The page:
It's worth pointing out that despite what the PR company behind its publication will have you believe, "Devil May Care" is by no means the first James Bond novel since Fleming breathed his last. This misapprehension can't help but degrade the inspired efforts of Raymond Benson and John Gardner, the previous novelists who took on the License to Write Bond Books.

On beginning "Goldfinger" immediately after reading "Devil May Care", I was painted a coherent picture of what both books tried to bring to the table, and not least the differing writing styles from their respective authors. Although Sebastian Faulks attempted to write in the same style as Fleming did, I felt Faulks's style was less laid back and relaxed than the Bond creator's, although the mildly confused plot was faintly Flemingian.

This is definitely not Fleming at work; viewed from that angle, Faulks fails miserably. I felt such lines as "Bond went to the lift" lacked vision and colour, feeling numb, while in a later scene, Bond goes from a cell to an office on opposite sides of the building in less than three sentences. Another flaw is the title itself, bearing no relation whatsoever to the book.

At times, Devil May Care is shabbily written. Faulks has said that he attempted to emulate Ian Fleming's schedule by writing it in six weeks. In actuality, Fleming planned the book with considerable effort before writing the first draft in the allotted six weeks, before undertaking strenuous rewrites.

Despite the rather sharp title of this review, I did find the book enjoyable at least half the time, although the plot stuttered to a holt in places, wherein it was carried mainly by the "Bond girl", Scarlet, rather than Bond, who, strangely, seemed less complex here and his bullying, sexist indifference borders on the mundane.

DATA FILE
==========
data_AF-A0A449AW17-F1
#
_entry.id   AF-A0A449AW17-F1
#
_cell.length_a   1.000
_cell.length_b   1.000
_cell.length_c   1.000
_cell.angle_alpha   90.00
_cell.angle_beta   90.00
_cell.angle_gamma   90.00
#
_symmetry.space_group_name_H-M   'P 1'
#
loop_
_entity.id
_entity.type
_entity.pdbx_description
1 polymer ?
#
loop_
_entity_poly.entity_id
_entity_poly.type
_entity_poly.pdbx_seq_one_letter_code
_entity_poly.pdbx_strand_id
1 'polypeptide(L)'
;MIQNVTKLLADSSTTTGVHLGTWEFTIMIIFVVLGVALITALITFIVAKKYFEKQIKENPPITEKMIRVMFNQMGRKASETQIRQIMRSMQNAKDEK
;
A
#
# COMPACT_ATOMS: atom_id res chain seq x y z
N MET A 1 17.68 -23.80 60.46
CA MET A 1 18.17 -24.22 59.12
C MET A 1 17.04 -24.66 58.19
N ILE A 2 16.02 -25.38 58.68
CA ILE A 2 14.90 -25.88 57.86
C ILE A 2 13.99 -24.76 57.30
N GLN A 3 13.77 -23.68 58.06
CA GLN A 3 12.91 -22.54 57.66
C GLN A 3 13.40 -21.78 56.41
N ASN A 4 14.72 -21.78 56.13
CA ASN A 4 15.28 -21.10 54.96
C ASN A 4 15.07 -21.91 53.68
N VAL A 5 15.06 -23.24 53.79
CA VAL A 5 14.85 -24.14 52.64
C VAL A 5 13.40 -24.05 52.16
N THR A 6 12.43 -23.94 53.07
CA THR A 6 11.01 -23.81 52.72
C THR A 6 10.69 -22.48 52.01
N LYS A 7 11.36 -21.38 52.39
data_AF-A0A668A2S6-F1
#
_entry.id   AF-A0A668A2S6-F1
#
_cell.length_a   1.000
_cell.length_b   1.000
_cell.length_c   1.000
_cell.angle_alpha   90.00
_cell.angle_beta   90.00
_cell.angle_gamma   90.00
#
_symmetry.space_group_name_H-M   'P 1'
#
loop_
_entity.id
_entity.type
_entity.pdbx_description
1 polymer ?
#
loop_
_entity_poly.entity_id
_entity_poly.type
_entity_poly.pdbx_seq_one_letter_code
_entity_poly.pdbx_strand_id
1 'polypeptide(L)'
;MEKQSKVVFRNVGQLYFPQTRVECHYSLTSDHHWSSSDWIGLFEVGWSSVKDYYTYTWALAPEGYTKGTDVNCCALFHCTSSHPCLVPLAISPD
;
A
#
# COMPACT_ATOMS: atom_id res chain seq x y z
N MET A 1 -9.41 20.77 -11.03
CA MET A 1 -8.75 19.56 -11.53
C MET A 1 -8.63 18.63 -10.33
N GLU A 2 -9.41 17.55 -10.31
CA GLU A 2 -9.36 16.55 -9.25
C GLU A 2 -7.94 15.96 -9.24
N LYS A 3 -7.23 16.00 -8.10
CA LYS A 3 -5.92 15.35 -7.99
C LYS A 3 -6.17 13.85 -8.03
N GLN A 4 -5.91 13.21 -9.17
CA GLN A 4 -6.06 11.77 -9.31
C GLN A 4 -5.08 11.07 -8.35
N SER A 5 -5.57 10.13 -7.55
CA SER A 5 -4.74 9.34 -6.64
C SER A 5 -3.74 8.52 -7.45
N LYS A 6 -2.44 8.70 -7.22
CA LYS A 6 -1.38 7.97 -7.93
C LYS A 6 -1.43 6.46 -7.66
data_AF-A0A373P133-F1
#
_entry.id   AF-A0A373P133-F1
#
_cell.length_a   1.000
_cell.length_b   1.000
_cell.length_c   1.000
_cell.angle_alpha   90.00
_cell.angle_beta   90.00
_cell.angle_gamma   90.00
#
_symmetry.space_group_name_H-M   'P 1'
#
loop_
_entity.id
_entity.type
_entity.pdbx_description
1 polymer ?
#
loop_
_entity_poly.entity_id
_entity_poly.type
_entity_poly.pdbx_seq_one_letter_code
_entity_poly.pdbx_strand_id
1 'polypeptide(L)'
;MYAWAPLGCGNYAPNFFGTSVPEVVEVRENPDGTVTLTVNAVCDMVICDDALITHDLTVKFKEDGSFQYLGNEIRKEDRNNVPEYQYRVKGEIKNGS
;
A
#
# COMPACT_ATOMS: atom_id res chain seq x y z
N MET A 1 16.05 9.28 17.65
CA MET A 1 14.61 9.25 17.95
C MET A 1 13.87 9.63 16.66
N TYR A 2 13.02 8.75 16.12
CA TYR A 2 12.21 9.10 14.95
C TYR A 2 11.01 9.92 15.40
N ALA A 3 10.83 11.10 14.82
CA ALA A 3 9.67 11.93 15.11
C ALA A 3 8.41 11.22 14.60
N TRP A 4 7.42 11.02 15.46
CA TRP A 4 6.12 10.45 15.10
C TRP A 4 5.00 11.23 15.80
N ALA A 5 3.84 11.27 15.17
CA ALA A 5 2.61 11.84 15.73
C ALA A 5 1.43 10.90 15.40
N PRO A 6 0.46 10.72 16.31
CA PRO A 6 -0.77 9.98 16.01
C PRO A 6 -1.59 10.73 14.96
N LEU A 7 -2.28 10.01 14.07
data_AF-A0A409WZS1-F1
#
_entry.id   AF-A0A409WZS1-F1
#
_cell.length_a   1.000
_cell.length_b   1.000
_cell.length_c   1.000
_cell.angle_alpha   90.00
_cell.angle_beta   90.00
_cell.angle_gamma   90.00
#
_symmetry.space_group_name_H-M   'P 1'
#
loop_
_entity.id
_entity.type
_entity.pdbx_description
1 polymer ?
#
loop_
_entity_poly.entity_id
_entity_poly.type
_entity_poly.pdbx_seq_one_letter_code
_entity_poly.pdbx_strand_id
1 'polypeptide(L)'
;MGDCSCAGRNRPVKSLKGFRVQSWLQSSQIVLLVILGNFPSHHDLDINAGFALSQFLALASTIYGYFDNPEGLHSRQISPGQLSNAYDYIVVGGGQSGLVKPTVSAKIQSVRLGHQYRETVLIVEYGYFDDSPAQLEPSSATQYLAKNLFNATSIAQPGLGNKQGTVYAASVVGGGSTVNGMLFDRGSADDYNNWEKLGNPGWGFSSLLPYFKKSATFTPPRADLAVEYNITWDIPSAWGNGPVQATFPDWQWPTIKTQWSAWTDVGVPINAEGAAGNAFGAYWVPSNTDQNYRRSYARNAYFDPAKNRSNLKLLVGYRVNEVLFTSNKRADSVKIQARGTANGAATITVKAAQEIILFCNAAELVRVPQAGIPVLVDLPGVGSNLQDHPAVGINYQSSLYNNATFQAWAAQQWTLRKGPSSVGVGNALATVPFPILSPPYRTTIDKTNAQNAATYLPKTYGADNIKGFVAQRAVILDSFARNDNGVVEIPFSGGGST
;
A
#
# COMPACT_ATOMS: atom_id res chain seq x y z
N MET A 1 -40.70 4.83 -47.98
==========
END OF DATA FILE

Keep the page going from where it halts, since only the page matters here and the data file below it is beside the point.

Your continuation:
The nemesis, Julius Gorner, is anti-English to the point of extreme, hating everything the British stand for and is unaccountably obsessed with the English stereotype, whether it is true to false. In this regard, he is almost exactly the same character as Hugo Drax in "Moonraker".

There is a tennis match between Bond and Gorner, which attempts to emulate the golf game in "Goldfinger" (which this reader found incredibly boring at twenty five pages, but then again I don't know anything about golf).

It takes a few chapters to really get into "Devil May Care"; the middle of the book is clearly the best, while the last third seems to struggle as the plot runs out. There's a minor twist in the end, while the final downfall of the villain is not in typical Bond tradition and is similar in tone to the fates of Le Chiffre and Dominic Greene in the film versions of the marvelous Casino Royale and the incredibly disappointing Quantum of Solace.

"Devil May Care" was a good read; not great by any means, and certainly lacking the dry wit and easy-going narrative of the Fleming novels, but it's mostly enjoyable, although I don't think another Bond novel by Faulks will be an exciting prospect.

Interviews with Sebastian Faulks reveal a man who evidently believes James Bond is beneath him; an egotistical "literary" novelist who looks down on Ian Fleming with little more than a narcissistic grimace. For a better taste of what an outstanding James Bond novel is like, check out Ian Fleming's "Goldfinger", and the three-books-in-one bargain "The Union Trilogy" by Raymond Benson. These are stunning works, and leave Sebastian Faulks out in the cold.
Help other customers find the most helpful reviews 
Was this review helpful to you? Yes No


‹ Previous | 1 217 | Next ›
Most Helpful First | Newest First

This product

Devil May Care (James Bond)
Devil May Care (James Bond) by Sebastian Faulks (Paperback - 28 May 2009)
£6.39
In stock
Add to basket Add to wishlist
Only search this product's reviews